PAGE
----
While this suspension allows for innovation, violations of social mores can also lead to a generally negative response, including moral panics and the occasional face full of bees [7]. Therefore, I would amend Hiroki's observation by saying that innovation is marked not only by a wide range of peer-review opinion, but also by universal rejection. Separating the wheat from the chaff amongst the universally rejected works is work for another time.

The price of innovation equals a swarm of angry bees!

[1] Alicea, B. (2013). Fireside Science: The Consensus-Novelty Dampening. Synthetic Daisies blog, October 22.

[2] Nielsen, M. (2017). Is there is tension between creativity and accuracy? April 8.

[3] Galef, J. (2017). Does irrationality fuel innovation? Julia Galef blog, April 7.

[4] Scientific American (2010). How We Fool Ourselves Over and Over. 60-second Mind podcast, June 19.

[5] Bradnam, K. (2014). The Tesla index: a measure of social isolation for scientists. ACGT blog, July 31.

[6] Lucey, B. (2015). A dozen ways to get your academic paper rejected. Brian M. Lucey blog, September 9.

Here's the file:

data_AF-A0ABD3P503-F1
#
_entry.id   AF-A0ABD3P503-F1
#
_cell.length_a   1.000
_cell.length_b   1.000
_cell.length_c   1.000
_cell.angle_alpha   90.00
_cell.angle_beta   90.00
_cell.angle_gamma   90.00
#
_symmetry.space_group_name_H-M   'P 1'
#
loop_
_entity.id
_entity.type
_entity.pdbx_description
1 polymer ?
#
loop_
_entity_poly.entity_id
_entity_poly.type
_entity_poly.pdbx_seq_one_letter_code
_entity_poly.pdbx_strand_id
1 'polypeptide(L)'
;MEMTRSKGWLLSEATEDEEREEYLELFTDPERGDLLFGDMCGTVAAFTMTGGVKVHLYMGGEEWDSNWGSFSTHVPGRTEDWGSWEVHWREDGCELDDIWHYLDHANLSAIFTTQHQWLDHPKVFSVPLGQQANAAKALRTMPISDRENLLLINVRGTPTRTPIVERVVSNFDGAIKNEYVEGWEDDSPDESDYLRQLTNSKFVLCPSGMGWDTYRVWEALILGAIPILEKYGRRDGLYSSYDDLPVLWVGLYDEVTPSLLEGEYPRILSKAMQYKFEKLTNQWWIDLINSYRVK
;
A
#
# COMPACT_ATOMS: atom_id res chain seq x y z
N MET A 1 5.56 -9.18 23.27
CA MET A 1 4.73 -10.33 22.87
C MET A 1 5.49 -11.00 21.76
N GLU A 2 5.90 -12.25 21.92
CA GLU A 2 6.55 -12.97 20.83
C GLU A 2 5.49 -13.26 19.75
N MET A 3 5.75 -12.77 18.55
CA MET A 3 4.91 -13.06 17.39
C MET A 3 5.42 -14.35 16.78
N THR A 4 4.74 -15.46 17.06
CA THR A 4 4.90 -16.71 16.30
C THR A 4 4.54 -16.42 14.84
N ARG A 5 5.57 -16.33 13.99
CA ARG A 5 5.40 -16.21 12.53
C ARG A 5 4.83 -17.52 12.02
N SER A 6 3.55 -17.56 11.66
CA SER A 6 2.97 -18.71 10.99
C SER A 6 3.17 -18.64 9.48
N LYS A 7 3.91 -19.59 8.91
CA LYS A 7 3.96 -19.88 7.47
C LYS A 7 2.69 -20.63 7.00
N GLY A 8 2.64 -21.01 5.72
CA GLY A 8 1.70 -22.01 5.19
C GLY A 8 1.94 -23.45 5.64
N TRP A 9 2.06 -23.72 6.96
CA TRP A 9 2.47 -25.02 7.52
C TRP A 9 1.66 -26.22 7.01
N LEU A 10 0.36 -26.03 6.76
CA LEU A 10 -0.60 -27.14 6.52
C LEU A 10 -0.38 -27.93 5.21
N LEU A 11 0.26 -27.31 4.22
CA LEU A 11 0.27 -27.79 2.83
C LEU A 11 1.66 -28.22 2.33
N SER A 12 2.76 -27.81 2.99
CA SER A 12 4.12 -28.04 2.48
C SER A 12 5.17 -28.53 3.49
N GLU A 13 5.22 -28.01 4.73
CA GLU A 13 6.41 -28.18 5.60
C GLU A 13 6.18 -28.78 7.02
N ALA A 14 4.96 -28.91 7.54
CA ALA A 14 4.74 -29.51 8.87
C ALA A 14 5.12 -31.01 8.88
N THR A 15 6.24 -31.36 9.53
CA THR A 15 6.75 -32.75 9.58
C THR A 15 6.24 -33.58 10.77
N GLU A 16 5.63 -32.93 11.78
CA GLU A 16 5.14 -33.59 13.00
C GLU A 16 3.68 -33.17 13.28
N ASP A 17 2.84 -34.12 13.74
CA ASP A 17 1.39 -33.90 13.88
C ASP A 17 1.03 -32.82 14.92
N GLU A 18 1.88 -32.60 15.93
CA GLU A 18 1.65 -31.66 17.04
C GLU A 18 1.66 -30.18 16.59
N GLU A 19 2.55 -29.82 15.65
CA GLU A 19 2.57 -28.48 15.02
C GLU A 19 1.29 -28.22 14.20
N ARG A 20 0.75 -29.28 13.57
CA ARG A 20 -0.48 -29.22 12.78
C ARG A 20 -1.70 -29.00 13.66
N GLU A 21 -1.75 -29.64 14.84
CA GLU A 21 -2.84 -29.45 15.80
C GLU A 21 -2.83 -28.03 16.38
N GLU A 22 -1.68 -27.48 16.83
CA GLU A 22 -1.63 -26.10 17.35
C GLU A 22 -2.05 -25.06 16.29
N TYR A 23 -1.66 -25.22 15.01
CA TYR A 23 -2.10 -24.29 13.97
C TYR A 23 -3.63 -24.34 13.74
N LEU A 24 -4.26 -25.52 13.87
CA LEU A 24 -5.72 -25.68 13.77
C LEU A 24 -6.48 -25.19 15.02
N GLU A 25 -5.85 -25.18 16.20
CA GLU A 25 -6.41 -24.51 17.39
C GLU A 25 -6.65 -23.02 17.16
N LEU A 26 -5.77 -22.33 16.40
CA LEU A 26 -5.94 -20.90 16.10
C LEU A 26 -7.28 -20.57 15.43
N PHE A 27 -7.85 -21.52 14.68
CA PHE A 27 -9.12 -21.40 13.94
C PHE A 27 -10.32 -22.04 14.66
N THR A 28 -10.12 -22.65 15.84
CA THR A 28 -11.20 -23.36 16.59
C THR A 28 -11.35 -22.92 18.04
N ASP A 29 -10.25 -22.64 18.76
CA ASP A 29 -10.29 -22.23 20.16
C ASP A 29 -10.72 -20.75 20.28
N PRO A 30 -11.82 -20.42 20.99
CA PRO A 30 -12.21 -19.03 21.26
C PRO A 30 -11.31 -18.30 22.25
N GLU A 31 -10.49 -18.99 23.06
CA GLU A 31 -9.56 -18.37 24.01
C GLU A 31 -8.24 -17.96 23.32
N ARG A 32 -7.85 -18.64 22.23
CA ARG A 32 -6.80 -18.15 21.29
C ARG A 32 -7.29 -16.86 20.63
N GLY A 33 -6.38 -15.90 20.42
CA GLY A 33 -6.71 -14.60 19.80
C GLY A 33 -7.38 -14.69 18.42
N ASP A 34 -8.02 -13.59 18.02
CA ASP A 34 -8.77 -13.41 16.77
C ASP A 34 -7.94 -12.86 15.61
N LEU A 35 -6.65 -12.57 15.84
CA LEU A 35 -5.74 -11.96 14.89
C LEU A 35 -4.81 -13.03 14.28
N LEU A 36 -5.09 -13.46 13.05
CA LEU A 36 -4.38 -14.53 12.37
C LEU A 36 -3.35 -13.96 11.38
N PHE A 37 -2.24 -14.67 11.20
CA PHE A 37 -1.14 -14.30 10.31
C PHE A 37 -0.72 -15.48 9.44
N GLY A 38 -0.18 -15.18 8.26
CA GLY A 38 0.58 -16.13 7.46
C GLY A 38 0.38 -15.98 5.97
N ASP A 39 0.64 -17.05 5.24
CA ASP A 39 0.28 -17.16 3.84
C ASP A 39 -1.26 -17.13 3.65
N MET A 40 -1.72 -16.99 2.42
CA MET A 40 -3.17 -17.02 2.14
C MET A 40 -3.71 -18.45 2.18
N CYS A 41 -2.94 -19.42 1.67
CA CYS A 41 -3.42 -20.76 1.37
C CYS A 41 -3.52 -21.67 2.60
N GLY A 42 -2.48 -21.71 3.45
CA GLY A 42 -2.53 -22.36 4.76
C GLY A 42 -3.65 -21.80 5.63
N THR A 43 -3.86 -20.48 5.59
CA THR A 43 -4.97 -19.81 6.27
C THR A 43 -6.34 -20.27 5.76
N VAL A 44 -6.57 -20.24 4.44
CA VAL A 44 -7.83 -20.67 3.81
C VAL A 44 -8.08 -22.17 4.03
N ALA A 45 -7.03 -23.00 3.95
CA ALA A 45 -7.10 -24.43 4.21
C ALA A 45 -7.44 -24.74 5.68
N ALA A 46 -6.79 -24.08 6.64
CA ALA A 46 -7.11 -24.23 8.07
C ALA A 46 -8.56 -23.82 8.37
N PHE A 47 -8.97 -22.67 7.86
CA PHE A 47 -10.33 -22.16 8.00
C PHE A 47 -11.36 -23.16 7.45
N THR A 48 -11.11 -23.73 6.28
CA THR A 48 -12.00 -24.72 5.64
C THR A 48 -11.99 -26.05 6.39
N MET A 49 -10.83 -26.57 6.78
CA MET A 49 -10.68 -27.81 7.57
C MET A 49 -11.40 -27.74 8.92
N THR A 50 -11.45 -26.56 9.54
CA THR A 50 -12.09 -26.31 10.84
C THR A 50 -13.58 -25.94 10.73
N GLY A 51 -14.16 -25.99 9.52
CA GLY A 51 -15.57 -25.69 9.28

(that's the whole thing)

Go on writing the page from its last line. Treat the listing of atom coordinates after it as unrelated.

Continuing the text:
[7] "Face full of bees" is a term I just coined to describe the universal rejection of a particularly innovative piece of work. "Many bees on face" = "Stinging rebuke".

May 10, 2017

Embryology Special Issue

Me and my colleagues are pleased to announce an upcoming special issue of the journal Biology (Basel). The topic is "Computational, Theoretical, and Experimental Approaches to Embryogenesis" (see announcement). Our view of what constitutes embryogenesis research is rather broad, spanning experimental studies, cellular reprogramming, bioinformatics, and artficial life. Therefore, we seek submissions from a wide variety of researchers and article types.